Self-Healing as a Metaphor
|Photo by Christin Hume on Unsplash|
Over my twenty years of life, I've had my fair share of minor cuts and wounds. I remember when I was working in retail, I bought some shoes to wear to work and they were horrible on my ankles. After work, my ankles would be chafed and a little bloody. Don't even get me started on the pain. However, through these experiences, I've learned how to facilitate the healing of my physical wounds. I find it amazing how the body can heal on its own. But if we don't do certain things to help in our healing, it won't happen.
Just like I have been wounded on the outside, I have been wounded on the inside. What has helped me in my healing is choosing to take care of myself, unapologetically. I believe that through therapy, I can set a sturdy foundation for healing. But, in the meantime, I choose to make the process easier by doing things that are going to help me. I relate this process of encouraging emotional and spiritual healing to taking care of my physical wounds. I believe that there are lots of similarities in each process. In this post, I use physical self-healing as a metaphor.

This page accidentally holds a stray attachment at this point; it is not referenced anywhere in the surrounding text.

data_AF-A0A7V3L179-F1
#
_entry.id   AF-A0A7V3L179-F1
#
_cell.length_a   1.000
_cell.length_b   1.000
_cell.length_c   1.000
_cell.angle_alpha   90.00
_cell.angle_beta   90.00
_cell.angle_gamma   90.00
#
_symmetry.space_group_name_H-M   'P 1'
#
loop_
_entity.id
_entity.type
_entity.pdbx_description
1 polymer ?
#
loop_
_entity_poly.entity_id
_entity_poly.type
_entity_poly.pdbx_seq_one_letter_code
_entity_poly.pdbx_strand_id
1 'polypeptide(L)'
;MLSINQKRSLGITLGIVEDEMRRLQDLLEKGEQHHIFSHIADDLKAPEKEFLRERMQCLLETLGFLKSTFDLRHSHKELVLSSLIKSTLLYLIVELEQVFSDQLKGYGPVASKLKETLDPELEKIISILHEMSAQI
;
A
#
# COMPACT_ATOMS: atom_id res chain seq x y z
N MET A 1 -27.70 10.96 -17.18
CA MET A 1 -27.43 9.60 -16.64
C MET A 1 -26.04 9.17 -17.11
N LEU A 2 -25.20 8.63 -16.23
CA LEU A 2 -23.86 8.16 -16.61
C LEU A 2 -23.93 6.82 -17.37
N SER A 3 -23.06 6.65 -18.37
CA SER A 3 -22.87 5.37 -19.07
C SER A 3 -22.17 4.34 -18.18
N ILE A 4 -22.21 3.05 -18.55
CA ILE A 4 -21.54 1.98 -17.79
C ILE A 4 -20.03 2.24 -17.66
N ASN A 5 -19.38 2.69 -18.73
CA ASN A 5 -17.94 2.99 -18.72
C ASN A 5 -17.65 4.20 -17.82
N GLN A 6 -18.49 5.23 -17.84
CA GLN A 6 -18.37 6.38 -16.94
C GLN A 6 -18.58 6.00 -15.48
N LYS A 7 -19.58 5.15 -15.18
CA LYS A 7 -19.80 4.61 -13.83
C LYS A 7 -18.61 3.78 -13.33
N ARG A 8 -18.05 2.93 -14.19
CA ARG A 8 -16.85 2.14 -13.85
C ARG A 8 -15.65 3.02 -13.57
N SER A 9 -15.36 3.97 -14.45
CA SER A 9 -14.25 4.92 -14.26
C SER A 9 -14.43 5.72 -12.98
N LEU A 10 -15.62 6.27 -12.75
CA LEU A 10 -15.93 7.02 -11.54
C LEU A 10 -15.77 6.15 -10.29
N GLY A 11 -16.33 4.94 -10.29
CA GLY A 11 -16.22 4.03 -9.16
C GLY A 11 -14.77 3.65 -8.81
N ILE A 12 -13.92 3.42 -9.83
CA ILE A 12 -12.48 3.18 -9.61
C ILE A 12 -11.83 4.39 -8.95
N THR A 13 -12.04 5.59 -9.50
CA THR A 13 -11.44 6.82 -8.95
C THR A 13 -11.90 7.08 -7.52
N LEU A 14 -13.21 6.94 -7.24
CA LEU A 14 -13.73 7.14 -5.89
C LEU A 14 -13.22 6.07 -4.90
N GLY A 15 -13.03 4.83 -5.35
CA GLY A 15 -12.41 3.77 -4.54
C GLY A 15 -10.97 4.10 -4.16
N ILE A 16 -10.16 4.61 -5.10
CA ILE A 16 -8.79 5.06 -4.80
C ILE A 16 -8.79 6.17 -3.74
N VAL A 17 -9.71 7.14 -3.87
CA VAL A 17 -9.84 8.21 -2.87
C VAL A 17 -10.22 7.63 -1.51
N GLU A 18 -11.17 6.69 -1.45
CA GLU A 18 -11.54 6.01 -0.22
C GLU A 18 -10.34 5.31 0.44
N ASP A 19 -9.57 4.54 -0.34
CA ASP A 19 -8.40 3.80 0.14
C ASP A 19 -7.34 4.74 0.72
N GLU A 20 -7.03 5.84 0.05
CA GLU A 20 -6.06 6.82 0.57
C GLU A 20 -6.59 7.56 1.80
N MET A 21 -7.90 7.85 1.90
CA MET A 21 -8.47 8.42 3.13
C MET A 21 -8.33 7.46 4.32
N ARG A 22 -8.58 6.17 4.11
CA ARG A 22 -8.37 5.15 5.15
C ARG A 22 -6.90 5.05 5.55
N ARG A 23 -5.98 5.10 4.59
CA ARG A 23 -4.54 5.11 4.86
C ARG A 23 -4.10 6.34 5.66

Here are four steps that I take to facilitate emotional and spiritual healing within myself:
1) "Disinfect the wound"
- This means clearing myself of impurities and releasing whatever is not helpful for my growth. This could translate into avoiding unproductive, negative YouTube channels or TV, journaling to get my feelings out, or simply taking a shower to shift and reset my mood.
2) "Apply ointment"
- I relate this concept to self-nourishment. This can come in the form of simply taking care of myself and doing things that make me feel great. Like, enjoying quiet time, taking a nap, or listening to a positive, uplifting podcast.
3) "Put on a band-aid"
- When you have an open wound, sometimes you have to put on a bandage to prevent impurities from getting inside of it. For me, this relates to allowing myself to have healthy distractions to avoid absorbing negativity. These distractions allow me to be productive while also taking my mind off of a situation or trigger.
4) "Remove the band-aid"
- One of my favorite sayings is "you can't put a band-aid on a bigger problem". I truly believe that while healthy distractions are great, they are not meant to be long-term. At some point, we have to take the bandage off and let the wound air out. I relate this to being mindful of my feelings and letting them out. This can be done through journaling, opening up to someone, or expressing myself through art.
This message came to me as I woke up this morning. I'm glad I could share it with you and I hope it contributes something great to your life.